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This is Film! #1: Copyright

Under the overarching theme of recycling, re-using and remixing archival film fragments, the 6th edition of Eye’s annual public lecture series This is Film! Film Heritage in Practice will showcase a broad range of creatively reused archival footage, varying from the colorization of black-and-white WWI footage, to the use of archival content in compilation and documentary films, VR or VJ performances.

Each session will cover a different approach to the theme of ‘re-use’ and will feature an introduction by Giovanna Fossati (Chief Curator at Eye and Professor of Film Heritage at the University of Amsterdam), followed by a talk by or interview and Q&A with an international expert and a screening or performance. 

The lectures are in English and can be attended as a series or on a one-off basis.

Guest: Claudy Op den Kamp (Programme Leader BA (Hons) Film, Bournemouth University, UK)
Screening: Los Angeles Plays Itself (USA, Thom Andersen, 2003-2013, DCP)

copyright

The practice of found footage filmmaking has changed tremendously in the digital age, elevating copyright to a key topic. For the This is Film! opening session, Eye has invited an authority on this matter to discuss the role of copyright in access to archival film collections, and found footage filmmaking practices. Taking ‘Los Angeles Plays Itself’ (2003) by Thom Andersen as a specific case study, our guest Claudy Op den Kamp (Bournemouth University) will consider the film in the context of a technologically and legally changing landscape. 

Los Angeles Plays Itself (2003-2013)

‘Los Angeles Plays Itself’ is a documentary essay on the depictions of LA in movies, consisting entirely of excerpts from more than 150 films ranging from Zabriskie Point to Chinatown and Blade Runner. Thom Andersen, Professor of Film Studies at the California Institute of the Arts, made the movie as a protest to Hollywood filmmakers misrepresenting Los Angeles, and to rescue other worthy films about the city from obscurity. For these reasons, filmmaker and writer Kodwo Eshun labelled the film once as an “epic project of cinematic reparation, restitution and revenge”.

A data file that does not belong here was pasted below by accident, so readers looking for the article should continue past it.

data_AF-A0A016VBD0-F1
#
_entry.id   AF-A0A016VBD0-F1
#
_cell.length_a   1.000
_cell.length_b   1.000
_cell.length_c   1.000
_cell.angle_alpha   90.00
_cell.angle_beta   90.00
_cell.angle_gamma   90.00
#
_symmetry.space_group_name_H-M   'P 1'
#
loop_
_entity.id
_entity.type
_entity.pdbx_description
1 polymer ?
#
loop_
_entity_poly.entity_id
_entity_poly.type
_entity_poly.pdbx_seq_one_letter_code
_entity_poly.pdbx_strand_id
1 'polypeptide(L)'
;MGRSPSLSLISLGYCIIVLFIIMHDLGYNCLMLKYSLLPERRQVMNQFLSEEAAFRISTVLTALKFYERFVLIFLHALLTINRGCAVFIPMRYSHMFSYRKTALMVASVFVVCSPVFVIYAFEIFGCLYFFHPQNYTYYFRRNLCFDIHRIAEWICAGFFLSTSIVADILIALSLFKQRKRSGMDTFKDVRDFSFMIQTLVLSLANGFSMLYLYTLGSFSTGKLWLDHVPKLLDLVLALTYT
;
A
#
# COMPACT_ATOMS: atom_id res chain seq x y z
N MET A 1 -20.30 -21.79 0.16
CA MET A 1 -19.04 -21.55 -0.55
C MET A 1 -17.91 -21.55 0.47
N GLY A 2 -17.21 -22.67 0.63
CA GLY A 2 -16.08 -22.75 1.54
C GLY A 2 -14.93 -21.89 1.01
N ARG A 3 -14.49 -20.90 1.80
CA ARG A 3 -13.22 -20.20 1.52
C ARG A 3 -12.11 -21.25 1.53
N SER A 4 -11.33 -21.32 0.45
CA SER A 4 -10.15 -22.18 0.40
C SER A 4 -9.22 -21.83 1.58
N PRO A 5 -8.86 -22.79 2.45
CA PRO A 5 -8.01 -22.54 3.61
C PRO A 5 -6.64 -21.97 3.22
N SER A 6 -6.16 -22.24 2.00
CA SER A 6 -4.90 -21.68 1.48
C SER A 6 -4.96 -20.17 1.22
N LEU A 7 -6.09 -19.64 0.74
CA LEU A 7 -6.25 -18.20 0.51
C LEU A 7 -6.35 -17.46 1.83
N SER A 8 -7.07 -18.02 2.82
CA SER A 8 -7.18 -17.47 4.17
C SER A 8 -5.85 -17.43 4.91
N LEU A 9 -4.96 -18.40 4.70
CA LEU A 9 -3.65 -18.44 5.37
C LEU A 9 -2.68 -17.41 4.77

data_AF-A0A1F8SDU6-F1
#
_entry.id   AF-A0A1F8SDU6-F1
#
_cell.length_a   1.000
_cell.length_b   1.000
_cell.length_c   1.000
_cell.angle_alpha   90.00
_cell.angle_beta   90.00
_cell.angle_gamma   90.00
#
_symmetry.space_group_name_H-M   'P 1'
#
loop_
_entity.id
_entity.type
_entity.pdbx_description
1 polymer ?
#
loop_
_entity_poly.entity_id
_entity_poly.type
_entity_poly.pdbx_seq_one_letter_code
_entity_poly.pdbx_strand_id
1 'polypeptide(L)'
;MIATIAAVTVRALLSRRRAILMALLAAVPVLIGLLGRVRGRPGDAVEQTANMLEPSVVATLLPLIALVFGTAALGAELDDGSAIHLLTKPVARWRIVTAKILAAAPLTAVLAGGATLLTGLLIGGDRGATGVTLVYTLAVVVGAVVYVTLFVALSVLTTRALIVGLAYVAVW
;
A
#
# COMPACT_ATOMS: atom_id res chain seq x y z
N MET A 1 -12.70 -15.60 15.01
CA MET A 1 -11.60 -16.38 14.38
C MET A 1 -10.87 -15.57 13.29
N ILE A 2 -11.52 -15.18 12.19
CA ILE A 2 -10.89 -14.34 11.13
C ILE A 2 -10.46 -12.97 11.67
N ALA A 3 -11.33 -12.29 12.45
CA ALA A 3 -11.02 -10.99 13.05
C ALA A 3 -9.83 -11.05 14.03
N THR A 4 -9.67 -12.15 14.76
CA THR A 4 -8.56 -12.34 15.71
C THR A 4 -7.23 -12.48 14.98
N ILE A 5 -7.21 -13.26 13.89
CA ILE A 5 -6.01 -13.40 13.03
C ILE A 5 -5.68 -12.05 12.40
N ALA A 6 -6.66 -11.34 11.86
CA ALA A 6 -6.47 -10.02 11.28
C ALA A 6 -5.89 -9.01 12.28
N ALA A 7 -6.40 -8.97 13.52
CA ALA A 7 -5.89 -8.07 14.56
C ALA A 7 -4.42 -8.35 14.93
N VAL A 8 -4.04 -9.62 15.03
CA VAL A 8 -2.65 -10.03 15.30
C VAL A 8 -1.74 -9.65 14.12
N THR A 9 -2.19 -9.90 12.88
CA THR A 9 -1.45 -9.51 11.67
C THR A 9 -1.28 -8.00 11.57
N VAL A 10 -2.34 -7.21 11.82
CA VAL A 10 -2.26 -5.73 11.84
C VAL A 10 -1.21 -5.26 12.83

In 2013, a decade after finishing the film in what was still an analogue video era, Andersen remastered ‘Los Angeles Plays Itself’ in high definition, replacing most of the film clips with HD source material. In addition, Andersen reedited the film by extending a few clips and removing others. 

Due to aesthetic reasons of the low-resolution material as well as copyright concerns over the unlicensed film clips, the film was initially not released commercially, and only seen in private screenings or via copies circulating among cinephiles and architecture buffs. In 2013, the film was released officially.

Guest speaker

Claudy Op den Kamp is the author of ‘The Greatest Films Never Seen. The Film Archive and the Copyright Smokescreen’ (2018), a book that bridges film archival and legal studies and was published within the Framing Film series of Amsterdam University Press and Eye Filmmuseum. Op den Kamp is Programme Leader of the BA (hons) Film programme at Bournemouth University, where she is also a researcher at the Centre for Intellectual Property Policy and Management. She holds a PhD from Plymouth University on the relationship between copyright ownership, access to archival film, and film historiography. She is co-editor of ‘A History of Intellectual Property in 50 Objects’ (Cambridge University Press, 2019).

The film you are looking for was shown in EYE in a past programme.
Sorry we can’t help you out. But as a lover of classics, genre and arthouse film we invite you to have a look at what is on view now.
Program a-z